MILWAUKEE — The primary election is next Tuesday. On Monday, Milwaukee election officials were testing all of the city's voting machines -- and welcomed the public to review that process.
A test of a vote-counting machine in Milwaukee was made public ahead of next week’s primary election.
It’s an effort by election officials to combat any skepticism about fairness and accuracy. Voting machines have become the focus of a lot of conspiracy theories and concerns since the last presidential election.
Only one person showed up to watch the public vote-counting machine test at the Milwaukee Election Commission Monday, and he did not want to be shown on camera. This is standard practice before every election to be transparent while making sure the machines are accurate.
Claire Woodall-Vogg, the Executive Director of the Milwaukee Election Commission, confirms each of the city’s 180 vote-counting machines has been tested to make sure they are working properly.
As part of the test, we watched the machine tally a pre-determined, marked set of ballots exactly as they are cast. Both city and county officials could then check for accuracy.
“We fed 38 test ballots through, and the machine rejected four of them because they were cross-party voted,” said Woodall-Vogg. “We have a paper ballot for every single voter. We don’t have electronic voting here in Milwaukee County, so in the event of things like an audit or a recount, we have a paper trail for absolutely every part of the election process.”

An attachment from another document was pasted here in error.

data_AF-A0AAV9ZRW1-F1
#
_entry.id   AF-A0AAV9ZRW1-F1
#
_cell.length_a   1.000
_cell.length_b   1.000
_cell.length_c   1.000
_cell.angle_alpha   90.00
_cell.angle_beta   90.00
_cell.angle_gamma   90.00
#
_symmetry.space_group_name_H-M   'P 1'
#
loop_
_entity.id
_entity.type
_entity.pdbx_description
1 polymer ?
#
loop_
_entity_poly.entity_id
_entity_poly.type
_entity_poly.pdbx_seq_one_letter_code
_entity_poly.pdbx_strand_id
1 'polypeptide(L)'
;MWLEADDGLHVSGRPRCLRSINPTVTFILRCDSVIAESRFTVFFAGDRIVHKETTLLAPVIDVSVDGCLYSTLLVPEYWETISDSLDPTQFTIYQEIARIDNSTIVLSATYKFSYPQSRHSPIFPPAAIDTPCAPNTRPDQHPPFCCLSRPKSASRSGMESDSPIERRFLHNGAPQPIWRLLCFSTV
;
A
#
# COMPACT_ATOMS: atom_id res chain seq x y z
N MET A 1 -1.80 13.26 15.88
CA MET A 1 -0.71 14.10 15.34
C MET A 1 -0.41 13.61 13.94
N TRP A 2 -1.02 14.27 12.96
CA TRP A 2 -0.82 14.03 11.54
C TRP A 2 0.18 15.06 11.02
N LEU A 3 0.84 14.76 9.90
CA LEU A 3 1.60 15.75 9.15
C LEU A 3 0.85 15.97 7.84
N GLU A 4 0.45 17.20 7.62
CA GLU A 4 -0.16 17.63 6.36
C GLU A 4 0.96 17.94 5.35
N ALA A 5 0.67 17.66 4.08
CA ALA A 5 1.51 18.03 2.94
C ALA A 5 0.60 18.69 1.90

At the end of election day, a modem is activated on each vote-counting machine, and results are transmitted through a private, secure cellular network.
“It’s not the same network that you and I use on our cell phones,” said Woodall-Vogg. “There is a secure network that the county also maintains on their own private server that receives those results.”
That process was included in Monday's test run.
“The county has confirmed that they’ve received the results and that the results match all those test ballots,” said Woodall-Vogg. “And before election results are certified, both city and county election workers review the numbers at every voting site, making sure that for every ballot, there is a legitimate voter.”
Since only one member of the public showed up to watch a vote-counting machine get tested in Milwaukee, TMJ4 visited an early voting site to gauge how voters are feeling about the process.
“I think there’s a lot of people who are maliciously trying to undermine our voting system, and I’m alarmed by it,” said Leo Ries, who voted early at the Zeidler Municipal Building Monday. “We’ve always used these machines. They’ve proven more accurate than hand counts. I don’t understand why people are suddenly taking issue with them.”